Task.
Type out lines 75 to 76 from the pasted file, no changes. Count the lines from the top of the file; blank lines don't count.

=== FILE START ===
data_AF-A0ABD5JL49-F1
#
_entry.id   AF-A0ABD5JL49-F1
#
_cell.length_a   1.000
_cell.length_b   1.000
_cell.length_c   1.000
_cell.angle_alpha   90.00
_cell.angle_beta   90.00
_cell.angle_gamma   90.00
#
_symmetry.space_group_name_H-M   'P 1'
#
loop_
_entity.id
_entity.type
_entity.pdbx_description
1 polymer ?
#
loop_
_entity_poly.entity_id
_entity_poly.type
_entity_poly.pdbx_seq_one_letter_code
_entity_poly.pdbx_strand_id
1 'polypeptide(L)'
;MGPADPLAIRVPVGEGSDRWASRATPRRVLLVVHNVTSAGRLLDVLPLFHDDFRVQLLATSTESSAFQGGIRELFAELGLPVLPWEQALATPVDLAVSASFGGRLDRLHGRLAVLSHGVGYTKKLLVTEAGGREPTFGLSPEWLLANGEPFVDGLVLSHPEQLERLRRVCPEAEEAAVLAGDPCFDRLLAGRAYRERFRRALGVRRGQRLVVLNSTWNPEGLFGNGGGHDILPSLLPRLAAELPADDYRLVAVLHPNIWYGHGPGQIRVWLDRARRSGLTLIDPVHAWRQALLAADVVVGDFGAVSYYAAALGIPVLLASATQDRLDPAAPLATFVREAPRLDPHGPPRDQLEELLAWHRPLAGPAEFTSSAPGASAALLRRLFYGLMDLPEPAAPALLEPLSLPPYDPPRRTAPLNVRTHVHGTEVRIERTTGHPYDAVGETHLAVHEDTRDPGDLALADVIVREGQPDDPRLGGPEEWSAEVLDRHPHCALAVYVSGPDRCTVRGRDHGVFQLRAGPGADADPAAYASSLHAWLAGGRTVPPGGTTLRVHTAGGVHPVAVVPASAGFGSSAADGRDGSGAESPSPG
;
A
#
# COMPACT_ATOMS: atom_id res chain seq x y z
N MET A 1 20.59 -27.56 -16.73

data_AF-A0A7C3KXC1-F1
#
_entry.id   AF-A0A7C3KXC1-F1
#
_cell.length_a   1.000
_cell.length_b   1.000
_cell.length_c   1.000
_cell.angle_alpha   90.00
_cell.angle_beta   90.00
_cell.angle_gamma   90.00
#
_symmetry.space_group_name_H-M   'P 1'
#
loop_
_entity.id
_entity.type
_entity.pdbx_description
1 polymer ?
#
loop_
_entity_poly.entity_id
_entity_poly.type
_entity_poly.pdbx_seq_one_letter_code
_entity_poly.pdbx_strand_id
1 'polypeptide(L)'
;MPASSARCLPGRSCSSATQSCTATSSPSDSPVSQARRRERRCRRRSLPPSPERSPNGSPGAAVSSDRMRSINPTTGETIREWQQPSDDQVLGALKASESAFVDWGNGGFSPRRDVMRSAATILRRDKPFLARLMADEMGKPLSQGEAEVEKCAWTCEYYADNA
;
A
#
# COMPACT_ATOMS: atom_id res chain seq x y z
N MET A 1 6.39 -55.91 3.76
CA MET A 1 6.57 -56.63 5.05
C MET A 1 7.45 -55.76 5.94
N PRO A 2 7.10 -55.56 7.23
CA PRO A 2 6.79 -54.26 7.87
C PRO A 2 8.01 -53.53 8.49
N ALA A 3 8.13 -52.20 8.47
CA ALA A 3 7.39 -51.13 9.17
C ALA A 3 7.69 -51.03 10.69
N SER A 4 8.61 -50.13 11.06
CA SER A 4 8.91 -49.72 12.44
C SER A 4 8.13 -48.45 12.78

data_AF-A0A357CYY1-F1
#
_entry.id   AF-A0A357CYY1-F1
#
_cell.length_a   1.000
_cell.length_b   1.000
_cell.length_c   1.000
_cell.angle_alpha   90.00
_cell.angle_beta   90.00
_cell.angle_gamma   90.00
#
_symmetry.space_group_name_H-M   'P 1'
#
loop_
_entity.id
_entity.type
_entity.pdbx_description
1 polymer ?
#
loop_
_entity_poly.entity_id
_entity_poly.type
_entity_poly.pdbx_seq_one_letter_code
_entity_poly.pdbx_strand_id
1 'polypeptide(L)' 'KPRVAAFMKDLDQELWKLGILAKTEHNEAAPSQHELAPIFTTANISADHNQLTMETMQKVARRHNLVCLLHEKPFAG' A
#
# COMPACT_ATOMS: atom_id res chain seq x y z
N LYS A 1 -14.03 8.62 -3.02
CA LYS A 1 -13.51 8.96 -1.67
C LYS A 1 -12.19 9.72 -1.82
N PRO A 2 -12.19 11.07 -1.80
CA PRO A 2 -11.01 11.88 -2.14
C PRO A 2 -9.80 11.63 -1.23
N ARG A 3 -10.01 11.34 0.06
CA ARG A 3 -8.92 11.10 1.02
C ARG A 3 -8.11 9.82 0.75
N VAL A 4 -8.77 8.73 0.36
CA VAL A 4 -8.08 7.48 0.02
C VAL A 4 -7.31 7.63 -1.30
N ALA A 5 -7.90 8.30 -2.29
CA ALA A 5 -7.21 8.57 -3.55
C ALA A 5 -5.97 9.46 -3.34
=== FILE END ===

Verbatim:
#
_entry.id   AF-A0A357CYY1-F1